Application of load spectra in AGMA ratings
A method to calculate load spectra is not explained in AGMA rating methods (such as AGMA 2001, 2101, 2003) but a reference is given to use Miner’s rule as presented in ISO/TR 10495. This norm was replaced in 2006 by ISO 6336-6; the current version is from 2019 (Ref. 1). Gear rating methods according to AGMA and ratings according to ISO have the same basic structure, using general factors and bending and pitting ratings. Both methods use stress cycle factors (as called in AGMA) or life factors (as called in ISO) representing the SN-curves of gear materials. Otherwise, the factors to calculate the stress values and the allowable stresses are sometimes significantly different. The calculation of service life under variable load, as prescribed by ISO 6336-6 (Ref. 1), is using the Palmgren Miner rule, which is a widely used linear damage accumulation method. The method is absolutely “neutral,” which means, that individual factors of the rating method used, are not involved. Therefore, the combination of the ISO 6336-6 method with an AGMA rating is possible and well suitable.
The alternate bending factor YM, as discussed in “Conversion of Rainflow Thigh and Tlow result to TISO and YM for ISO or AGMA ratings,” is only marginally treated in AGMA, only “Use 70 percent of the sat values for … gears where the teeth are completely reverse loaded on every cycle” is mentioned in AGMA 2001, clause 16.2. As this factor in ISO 6336-3 is based on the Haigh diagram, which is a widely accepted concept in material mechanics, it can be assumed, that the factor is also applicable for AGMA ratings.
Gear rating calculation example
A load spectrum can be treated in a gear software package. Usually, a spectrum is introduced manually bin by bin or may be read in from an Excel file. If the spectrum is generated from a time series some additional inputs are needed (Figure 8).
Figure 8—Input window in KISSsoft (Ref. 7) for a duty cycle determination from a time series.
Table 3—Safety, damage, and lifetime, calculated with the time series on different teeth.
One of the interesting results is the dependency of the considered tooth. As the torque in the time series in Figure 3 is strongly varying, the extract of the load on a particular tooth (Figure 1) gives different safety or lifetime results, see Table 3. But in this example, the duration of the time series is only 190 seconds (short test run). The test run will be repeated several times, the tooth in contact, when starting, will always be different—so the tooth getting the biggest damage will change. Therefore, it is a better practice to consider the results on a tooth having mean damage.Application of time series in drive train calculations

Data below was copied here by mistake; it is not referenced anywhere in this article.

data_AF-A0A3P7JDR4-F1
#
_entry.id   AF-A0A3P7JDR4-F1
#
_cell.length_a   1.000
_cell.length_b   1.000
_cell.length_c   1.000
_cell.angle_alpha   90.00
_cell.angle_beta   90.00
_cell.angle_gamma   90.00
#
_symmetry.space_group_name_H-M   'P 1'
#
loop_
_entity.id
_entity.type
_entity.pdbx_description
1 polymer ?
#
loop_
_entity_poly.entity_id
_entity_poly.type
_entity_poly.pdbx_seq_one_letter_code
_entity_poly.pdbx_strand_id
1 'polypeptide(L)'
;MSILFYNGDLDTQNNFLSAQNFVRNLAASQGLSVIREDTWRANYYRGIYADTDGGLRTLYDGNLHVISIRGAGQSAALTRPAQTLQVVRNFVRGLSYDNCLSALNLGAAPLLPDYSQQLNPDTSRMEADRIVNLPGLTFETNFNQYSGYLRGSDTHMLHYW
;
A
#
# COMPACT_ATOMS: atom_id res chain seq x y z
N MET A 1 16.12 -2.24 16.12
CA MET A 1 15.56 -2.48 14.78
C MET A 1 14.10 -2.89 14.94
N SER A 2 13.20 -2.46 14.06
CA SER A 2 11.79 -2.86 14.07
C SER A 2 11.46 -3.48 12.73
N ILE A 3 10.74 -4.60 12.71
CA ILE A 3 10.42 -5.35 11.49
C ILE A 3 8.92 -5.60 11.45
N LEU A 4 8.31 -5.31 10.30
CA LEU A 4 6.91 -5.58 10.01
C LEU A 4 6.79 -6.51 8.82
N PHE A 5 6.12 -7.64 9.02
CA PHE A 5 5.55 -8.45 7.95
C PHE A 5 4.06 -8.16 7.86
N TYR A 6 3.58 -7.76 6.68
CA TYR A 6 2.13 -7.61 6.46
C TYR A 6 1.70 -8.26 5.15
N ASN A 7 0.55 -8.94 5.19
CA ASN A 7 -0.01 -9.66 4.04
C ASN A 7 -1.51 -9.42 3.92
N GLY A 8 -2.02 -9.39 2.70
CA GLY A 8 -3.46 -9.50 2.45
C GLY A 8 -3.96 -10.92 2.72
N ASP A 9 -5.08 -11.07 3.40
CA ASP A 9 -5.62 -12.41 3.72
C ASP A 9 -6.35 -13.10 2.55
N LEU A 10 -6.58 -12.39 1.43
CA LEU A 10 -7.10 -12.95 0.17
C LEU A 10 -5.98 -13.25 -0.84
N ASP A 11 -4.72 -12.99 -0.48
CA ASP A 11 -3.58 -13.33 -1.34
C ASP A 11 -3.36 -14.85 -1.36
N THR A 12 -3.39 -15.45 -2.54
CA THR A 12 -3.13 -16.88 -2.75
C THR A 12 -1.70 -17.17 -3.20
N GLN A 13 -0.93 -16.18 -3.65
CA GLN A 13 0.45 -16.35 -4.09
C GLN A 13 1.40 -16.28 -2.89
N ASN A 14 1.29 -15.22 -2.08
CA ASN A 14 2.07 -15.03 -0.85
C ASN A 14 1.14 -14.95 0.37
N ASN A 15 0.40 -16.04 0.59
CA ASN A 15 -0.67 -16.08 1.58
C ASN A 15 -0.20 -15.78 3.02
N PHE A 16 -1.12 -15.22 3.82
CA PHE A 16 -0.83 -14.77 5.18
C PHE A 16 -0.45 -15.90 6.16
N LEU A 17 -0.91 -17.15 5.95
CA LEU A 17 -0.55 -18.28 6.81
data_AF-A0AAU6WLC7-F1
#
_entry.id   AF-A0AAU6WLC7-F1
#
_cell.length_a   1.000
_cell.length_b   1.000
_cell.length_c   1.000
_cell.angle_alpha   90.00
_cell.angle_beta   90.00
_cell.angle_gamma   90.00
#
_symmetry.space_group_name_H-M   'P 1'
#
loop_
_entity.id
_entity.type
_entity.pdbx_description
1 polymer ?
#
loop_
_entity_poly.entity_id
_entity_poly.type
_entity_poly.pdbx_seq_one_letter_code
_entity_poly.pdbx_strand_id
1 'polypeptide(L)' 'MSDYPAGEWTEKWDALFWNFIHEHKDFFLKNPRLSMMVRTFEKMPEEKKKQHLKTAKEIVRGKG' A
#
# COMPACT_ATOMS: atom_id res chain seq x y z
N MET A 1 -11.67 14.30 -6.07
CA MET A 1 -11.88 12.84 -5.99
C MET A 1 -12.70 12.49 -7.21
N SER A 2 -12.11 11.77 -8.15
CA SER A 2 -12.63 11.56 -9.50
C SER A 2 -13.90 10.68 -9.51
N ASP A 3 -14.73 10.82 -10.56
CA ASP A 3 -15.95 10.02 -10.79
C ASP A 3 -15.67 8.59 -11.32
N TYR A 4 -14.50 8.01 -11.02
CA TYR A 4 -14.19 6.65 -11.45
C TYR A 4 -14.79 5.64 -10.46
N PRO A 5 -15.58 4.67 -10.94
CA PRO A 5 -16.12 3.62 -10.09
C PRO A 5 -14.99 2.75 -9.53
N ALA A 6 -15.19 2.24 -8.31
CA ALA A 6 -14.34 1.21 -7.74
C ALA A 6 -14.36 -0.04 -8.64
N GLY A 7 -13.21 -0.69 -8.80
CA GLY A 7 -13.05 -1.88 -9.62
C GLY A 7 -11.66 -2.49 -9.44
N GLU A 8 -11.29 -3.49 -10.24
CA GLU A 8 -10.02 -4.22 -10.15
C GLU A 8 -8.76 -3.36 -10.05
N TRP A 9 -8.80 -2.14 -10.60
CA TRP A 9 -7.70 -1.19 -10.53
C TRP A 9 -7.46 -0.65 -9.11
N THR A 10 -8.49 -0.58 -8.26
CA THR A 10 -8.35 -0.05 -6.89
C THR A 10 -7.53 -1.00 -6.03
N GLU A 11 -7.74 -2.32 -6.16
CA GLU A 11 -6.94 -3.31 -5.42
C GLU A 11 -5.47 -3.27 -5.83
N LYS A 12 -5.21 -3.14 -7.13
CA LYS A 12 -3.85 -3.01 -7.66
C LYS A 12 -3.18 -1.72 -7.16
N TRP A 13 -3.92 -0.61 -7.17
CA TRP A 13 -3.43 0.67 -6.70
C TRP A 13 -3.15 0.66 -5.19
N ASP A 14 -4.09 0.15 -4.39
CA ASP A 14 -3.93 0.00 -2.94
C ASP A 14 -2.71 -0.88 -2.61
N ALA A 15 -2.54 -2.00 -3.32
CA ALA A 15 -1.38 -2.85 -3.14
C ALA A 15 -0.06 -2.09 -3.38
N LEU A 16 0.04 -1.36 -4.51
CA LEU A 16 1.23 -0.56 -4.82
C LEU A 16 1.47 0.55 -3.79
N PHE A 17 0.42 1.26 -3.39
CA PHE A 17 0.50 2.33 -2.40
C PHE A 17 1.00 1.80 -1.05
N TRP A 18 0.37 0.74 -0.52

Today the analysis of drive trains is performed with appropriate software as KISSsys (Ref. 7), which models the complete drive with all the main elements such as gears, shafts, and bearings. Normally the time series is given for the input or the output coupling. A load spectrum can be defined at this position and being used all over the drive system. A problem arises when time series with positive and negative torques are used. Then, because of the different frequency of alternating load changes, for every gear stage, an appropriate load spectrum must be used (Figure 9).
Figure 9—Industrial gearbox in KISSsys (Ref. 7), flow chart for the load spectrum determination.
To motivate this statement, suppose that a tooth on the pinion of the input stage is submitted during 60 rotations to a positive torque, then for additional 60 rotations to a negative torque, and so on. If the input stage reduction is i = 4.0, then the pinion of Stage 2 will rotate four times lower; therefore, getting a torque change after 15 rotations. So, the frequency of alternate bending cycles is four times higher on Stage 2, and so on for the next stages.
Conclusion
AGMA and ISO gear ratings can be executed with load spectra (duty cycles)—based on Miner’s rule—as explained in ISO 6336-6 (Ref. 1). Load spectra may be defined by different methods. In this paper, the ability to generate a duty cycle from a time series (time-torque-speed data) is explained. Such a time series can be obtained by measurements of the operating loads on an application or by computer simulation.
If the torque and speed in such a time series are so, where the same flank is always in contact, a simple-count method can be used to generate the duty cycle. However, if the loaded flank is alternating, the considered tooth root is not only submitted to pulsating tensile stress (bending) but additionally to alternating bending and pulsating compressive stress. As the first step, all the significant torque changes must be extracted from the time series. For this, the rainflow method is used. As the second step, the result of rainflow must be converted into a definition fitting AGMA or ISO gear ratings. This means that for a bin of the load spectrum the nominal torque and the alternate bending factor must be determined.
Finally, the application of the method in gear calculations and in drive train analysis is discussed with an example.
References